Create a EU Tracking Warning Banner in Wicket

A very good article detailing the EU E-Privacy Directive (aka “cookie law”) and compliance best practices has been posted by Craig Buckler on One of the conclusions of the article is the requirement to inform the website visitors about the tracking methods in use.

One possible way to fulfill the "cookie law" is by showing a messsage banner with the required information. The banner should be closeable and not appear again after the website visitor accepts the terms and conditions.

Let's implement it in Wicket:

We start by creating a class EuCookieBanner which will extend Wicket’s Panel. To control the visibility and make sure the banner does not appear after the terms and conditions have been accepted, we will use a cookie.

To check that the cookie is set and hide the banner, we have to overwrite the onConfigure method:

protected void onConfigure() {
  WebRequest webRequest =
    (WebRequest) RequestCycle.get().getRequest();
  if(webRequest.getCookie(COOKIE_NAME) != null) {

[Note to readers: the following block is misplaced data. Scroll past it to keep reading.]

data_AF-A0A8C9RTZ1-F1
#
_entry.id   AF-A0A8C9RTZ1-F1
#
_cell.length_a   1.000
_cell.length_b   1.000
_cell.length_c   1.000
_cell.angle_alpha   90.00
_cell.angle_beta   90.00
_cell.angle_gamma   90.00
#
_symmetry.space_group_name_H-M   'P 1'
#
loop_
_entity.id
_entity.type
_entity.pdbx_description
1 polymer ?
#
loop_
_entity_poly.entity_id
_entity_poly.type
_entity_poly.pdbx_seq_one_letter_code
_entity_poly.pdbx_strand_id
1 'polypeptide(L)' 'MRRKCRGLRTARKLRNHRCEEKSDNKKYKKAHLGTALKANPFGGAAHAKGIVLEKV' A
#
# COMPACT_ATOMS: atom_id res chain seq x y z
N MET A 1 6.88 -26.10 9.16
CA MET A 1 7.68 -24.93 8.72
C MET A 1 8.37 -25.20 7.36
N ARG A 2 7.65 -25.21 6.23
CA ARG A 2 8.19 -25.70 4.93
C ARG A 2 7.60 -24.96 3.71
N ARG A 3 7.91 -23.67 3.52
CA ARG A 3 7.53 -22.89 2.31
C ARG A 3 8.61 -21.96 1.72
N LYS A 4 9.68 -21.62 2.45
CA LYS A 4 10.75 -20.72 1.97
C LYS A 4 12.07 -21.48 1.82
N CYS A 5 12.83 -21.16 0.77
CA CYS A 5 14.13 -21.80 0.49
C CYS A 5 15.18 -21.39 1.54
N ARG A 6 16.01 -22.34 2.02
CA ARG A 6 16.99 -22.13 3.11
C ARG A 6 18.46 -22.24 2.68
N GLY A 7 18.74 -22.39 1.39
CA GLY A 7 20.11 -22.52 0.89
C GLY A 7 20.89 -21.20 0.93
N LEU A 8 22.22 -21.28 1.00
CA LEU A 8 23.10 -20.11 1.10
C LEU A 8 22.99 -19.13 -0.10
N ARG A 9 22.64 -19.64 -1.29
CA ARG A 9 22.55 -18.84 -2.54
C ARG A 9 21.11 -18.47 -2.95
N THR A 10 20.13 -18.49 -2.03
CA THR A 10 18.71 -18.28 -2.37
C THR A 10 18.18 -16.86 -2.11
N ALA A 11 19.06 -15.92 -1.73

Where COOKIE_NAME is a static final String holding the name for the cookie.

To hide the banner, the visitor will have to click on a link. The link should not only close the banner, but also set the cookie. The simplest way to achieve this is with an onclick script on the link:

 document.cookie='%s=1;expires=%s';return false;"

Our panel contains a div (of course any other element would do it as well) with the id euCookiePanel. The onclick will result in hiding this div with style.display='none'.

The script contains two placeholders (%s) -- the name of the cookie and the expiration date, respectively. The expiration date is a GMT date and the value for the placeholder can be formatted with

SimpleDateFormat("dd MMM yyyy kk:mm:ss z")

Finally, we can replace the placeholders with String.format and put them with AttributeModifier.replace("onclick", …) on the link element.


Complete implementation with sample information text in English, German and Polish (I take no responsibility for the accuracy and legal conformity of the texts):